Home / US / A movement to force the police out of schools is growing nationwide. Here’s why

A movement to force the police out of schools is growing nationwide. Here’s why

The move has inspired many other districts in the U.S. to make a similar decision – or at least to consider it.

School officials have been an integral part of American public schools for decades. They are supposed to protect the campus and even look after students. But activists say these officials have criminalized black and Latin American students.

Floyd’s death sparked calls to devalue and abolish police stations, and revived the movement against the school police. This is why many advocates say that police brutality doesn’t just happen on the streets – and why they believe that removing officials from schools is critical to racial equality.

Why are police officers in schools?

According to the U.S. Department of Justice, school resource officers (SROs) have been part of K-1
2 public schools in America since the 1950s.
SRO programs were originally a way to build police-youth relationships in some cities, but the practice became widespread after the Columbine shots in 1999, with a greater focus on security.

These officers have the same training, skills, and resources as other members of the police or sheriff’s department – but their roles are more diverse. They resolve disputes, monitor bus traffic, and simply provide security while acting as advisors, mentors, and sometimes teachers.

The Denver school board is voting to end the relationship with the city's police department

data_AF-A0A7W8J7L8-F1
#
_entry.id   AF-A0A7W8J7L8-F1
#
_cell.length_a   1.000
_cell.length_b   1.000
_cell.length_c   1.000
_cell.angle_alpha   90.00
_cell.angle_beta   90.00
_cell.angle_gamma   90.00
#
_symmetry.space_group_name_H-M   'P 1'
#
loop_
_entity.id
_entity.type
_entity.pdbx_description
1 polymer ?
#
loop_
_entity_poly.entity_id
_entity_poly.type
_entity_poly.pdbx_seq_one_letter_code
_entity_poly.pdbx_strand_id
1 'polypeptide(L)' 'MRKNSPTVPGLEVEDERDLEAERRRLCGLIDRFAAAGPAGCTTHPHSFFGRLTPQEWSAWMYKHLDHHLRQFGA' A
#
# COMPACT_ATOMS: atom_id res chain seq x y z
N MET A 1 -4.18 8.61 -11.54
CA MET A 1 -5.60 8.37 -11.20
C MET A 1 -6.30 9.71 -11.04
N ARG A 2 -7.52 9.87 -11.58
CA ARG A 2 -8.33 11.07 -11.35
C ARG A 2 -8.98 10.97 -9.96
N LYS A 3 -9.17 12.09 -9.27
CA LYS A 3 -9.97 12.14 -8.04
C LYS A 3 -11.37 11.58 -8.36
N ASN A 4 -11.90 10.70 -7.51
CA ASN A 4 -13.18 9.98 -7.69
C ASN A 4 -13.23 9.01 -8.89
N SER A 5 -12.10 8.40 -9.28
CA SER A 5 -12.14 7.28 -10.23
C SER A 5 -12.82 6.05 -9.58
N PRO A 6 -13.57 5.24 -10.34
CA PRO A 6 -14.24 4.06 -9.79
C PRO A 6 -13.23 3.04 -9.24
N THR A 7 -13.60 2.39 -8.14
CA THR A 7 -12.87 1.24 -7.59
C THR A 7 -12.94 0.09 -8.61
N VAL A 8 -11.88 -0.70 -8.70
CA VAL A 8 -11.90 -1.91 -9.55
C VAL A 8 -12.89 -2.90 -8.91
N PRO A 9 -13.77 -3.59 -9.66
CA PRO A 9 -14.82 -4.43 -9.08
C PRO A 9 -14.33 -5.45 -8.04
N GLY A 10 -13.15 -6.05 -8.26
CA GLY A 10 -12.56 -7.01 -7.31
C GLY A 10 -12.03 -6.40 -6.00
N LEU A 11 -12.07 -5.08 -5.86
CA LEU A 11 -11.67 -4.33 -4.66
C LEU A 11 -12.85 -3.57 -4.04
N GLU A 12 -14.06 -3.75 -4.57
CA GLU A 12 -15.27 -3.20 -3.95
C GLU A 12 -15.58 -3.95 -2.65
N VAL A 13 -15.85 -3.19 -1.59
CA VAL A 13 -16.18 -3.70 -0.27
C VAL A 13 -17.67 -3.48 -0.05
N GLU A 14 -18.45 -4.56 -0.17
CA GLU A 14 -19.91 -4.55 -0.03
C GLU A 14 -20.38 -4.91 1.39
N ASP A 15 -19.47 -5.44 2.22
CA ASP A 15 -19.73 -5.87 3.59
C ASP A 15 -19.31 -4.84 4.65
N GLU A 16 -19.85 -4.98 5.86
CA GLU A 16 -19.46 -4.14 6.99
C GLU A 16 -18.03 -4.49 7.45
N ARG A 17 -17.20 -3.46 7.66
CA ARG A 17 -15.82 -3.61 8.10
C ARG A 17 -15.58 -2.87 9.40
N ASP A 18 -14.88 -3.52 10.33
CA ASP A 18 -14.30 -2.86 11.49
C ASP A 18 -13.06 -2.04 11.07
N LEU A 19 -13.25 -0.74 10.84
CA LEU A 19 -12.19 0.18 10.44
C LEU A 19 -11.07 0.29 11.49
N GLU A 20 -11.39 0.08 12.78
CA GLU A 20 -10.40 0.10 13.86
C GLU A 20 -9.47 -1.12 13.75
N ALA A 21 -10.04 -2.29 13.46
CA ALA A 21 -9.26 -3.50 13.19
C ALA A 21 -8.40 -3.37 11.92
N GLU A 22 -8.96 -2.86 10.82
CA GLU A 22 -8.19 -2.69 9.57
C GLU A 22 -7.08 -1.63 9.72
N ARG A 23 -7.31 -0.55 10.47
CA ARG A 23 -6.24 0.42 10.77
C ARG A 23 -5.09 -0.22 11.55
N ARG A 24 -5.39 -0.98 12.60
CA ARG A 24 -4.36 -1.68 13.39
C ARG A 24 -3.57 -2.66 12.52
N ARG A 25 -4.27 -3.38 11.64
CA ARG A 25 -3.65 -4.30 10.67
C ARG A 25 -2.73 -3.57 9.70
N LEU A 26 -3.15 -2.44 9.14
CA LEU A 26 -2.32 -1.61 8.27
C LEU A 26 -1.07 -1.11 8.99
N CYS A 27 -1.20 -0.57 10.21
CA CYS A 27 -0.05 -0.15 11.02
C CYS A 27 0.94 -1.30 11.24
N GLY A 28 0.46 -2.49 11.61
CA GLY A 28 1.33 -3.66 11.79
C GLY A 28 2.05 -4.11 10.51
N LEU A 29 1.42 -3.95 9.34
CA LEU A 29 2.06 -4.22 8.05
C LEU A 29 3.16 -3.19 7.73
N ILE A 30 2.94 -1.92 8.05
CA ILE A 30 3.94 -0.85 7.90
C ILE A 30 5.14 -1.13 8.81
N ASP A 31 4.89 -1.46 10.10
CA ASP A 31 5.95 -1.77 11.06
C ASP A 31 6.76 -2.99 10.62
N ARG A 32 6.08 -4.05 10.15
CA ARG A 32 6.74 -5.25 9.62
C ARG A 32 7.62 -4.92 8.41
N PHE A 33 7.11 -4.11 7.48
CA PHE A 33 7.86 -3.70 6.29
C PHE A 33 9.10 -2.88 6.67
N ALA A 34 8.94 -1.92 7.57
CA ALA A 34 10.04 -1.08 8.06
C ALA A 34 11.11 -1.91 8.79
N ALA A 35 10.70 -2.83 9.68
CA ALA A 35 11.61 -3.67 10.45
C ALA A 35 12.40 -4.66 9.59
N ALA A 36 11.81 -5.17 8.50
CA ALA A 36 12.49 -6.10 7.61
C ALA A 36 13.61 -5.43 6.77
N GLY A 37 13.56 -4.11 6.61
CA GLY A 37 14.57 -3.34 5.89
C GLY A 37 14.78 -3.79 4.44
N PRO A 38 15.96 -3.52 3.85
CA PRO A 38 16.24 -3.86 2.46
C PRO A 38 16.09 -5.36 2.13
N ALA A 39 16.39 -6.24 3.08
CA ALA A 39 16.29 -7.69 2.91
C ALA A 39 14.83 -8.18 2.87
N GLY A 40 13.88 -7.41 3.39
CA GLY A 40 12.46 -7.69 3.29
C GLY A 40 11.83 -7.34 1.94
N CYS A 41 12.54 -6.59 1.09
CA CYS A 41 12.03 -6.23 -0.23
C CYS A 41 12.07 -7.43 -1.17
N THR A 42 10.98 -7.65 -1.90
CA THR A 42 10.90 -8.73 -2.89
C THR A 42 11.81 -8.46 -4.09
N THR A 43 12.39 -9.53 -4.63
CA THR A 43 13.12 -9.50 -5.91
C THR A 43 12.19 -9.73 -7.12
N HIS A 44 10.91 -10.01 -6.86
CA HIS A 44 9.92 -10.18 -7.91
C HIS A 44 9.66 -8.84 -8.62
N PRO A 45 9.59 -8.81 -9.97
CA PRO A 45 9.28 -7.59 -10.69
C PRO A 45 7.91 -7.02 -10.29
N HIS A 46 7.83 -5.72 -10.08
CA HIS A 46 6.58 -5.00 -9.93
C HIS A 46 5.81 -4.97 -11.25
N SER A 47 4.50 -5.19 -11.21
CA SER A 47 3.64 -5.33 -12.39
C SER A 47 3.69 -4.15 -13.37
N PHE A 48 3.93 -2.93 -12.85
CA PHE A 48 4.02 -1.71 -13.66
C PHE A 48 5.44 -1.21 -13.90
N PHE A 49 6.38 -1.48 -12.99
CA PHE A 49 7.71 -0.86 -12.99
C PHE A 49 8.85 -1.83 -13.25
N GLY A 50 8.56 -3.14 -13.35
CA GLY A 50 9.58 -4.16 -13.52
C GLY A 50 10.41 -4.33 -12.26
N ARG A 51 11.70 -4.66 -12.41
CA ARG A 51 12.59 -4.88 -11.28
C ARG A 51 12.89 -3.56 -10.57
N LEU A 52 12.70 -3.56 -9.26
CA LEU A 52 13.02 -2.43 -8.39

However, according to an ACLU report published in 2017, some SROs have been accused of using excessive violence against students and contributing to the school-prison pipeline.
While there is no official state-wide database of SROs, the National Center for Education Statistics estimates that at least 52,100 officials worked in public schools in the United States in 2016. This includes full-time and part-time officials.
The Department of Justice has spent millions of dollars funding SROs through various initiatives for decades, but there are no standard national requirements for the training of officials employed in schools.
Only 24 states and the District of Columbia have passed SRO training laws, and these statues are inconsistent, according to a report by Strategies for Youth, a non-profit organization that improves police-youth interaction.

Violent confrontations can frighten students

Many police and student confrontations in schools have become violent and reflect some interactions between law enforcement agencies and people on the streets of the city.